|Photo: Koichi Kamoshida|
|Ricoh branded Yankees uniforms during the special season opener in Japan.
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The question was raised two weeks ago when MLB opened its 2004 season with a special two-game series in Japan between the New York Yankees and Tampa Bay Devil Rays. As noticeable as the change in venue was the addition to the uniform: Both teams wore 3-inch by 3-inch patches on their sleeves and a logo on their batting helmets for Ricoh, the Tokyo-based office equipment company. Ricoh paid more than $10 million to be the corporate sponsor for those two games.
“Are there any definitive plans to put logos on uniforms? No. I don’t see that happening,” Tim Brosnan, baseball’s executive vice president for business, told writers in Japan. “But on the other side of the coin, never say never.”
Not 'if' but 'when'
Officially, MLB, the National Football League, National Basketball Association and National Hockey League all say that advertising on uniforms isn’t imminent. But others, including some inside the leagues, say it isn’t a question of “if,” but “when,” especially with the potential windfall that exists.
“Minimum $500 million a year,” said one high-ranking league marketing executive who asked not to be identified. “Look, if the NFL can get $60 million a year from Coors and $48 million [a year] from Gatorade for just 16 games a season, imagine what baseball -- which is far more static when it comes to television -- could get for 162 games a year from a major sponsor?”
Does $500 million sound outlandish? Not to Eric Wright, vice president of research and development for Joyce Julius & Associates, an Ann Arbor, Mich., firm that measures exposure received by sponsors through national TV broadcasts, mentions in print, radio, Internet and other sources aside from media buys the sponsor makes.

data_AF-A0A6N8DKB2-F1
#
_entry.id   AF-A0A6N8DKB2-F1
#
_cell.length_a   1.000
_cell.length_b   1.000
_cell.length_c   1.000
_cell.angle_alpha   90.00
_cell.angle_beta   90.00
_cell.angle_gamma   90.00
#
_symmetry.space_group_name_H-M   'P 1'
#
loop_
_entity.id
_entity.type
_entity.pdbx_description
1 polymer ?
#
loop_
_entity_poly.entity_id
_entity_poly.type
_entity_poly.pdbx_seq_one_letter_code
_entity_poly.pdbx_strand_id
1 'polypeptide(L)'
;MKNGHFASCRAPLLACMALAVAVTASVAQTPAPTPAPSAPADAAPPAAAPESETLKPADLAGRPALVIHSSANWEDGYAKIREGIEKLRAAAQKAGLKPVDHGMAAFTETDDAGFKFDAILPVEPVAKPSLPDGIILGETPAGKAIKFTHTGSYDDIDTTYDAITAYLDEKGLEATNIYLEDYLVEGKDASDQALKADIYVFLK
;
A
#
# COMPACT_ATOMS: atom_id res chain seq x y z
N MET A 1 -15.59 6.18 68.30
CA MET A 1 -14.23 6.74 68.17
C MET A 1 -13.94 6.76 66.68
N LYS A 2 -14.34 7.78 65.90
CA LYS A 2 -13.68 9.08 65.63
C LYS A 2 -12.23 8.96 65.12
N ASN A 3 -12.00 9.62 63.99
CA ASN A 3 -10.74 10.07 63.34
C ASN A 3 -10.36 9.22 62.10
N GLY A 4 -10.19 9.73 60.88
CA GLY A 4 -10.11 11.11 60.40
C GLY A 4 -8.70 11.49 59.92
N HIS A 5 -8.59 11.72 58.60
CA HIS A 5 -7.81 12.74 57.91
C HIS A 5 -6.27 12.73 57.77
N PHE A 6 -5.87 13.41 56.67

For instance, Joyce Julius found that in the first three Nascar races of this season, Anheuser-Busch’s Budweiser brand received $29.2 million in exposure. Over 36 races, that is roughly $350 million. “Just looking at it from a football angle, when the college bowl games are in season those jersey patches with the sponsor’s name on them are huge,” Mr. Wright said. “From a baseball standpoint, you’re looking at a tremendous amount of on-screen time and the value would be enormous.”
Currently only the logos of the apparel manufacturers appear on team uniforms for baseball, football and hockey. Reebok has a $250 million deal with the NBA to make its uniforms, but only the NBA logo appears on team jerseys.
Baseball visited this topic on the eve of the 1999 season, when MLB floated the idea of having 1 1/2-inch by 1 1/2-inch patches of corporate sponsors sewn onto team jerseys. That was half the size of the Ricoh sleeve patches for the games in Japan last week.
If and when the idea is broached again, however, disputes will certainly arise. Individual teams would not be able to strike their own agreements with marketers, meaning any deal would come at the league level and every team would wear a logo from the same marketer. But if that deal was with, say, PepsiCo, then teams that have pouring rights and advertising deals with Coca-Cola Co. would scream conflict.
Furthermore, leagues would run the risk of alienating other corporate sponsors if it had the logo of a single marketer on team uniforms.
Fans who believe in the sanctity of the uniform would surely make their feelings known. Already, MLB has received a letter from watchdog group Commercial Alert about the Ricoh ads worn during the Japan series last week.
In part, the letter said “It’s clear where this is headed. Small ads at first to break the ice and gain ‘consumer acceptance’ in the term of the marketing trade. Then a gradual creep until baseball uniforms start to resemble Nascar racing suits and cars.” The letter also asked MLB Commissioner Bud Selig to address several questions, including “What exactly are your plans to put ads on uniforms?” Baseball has yet to respond.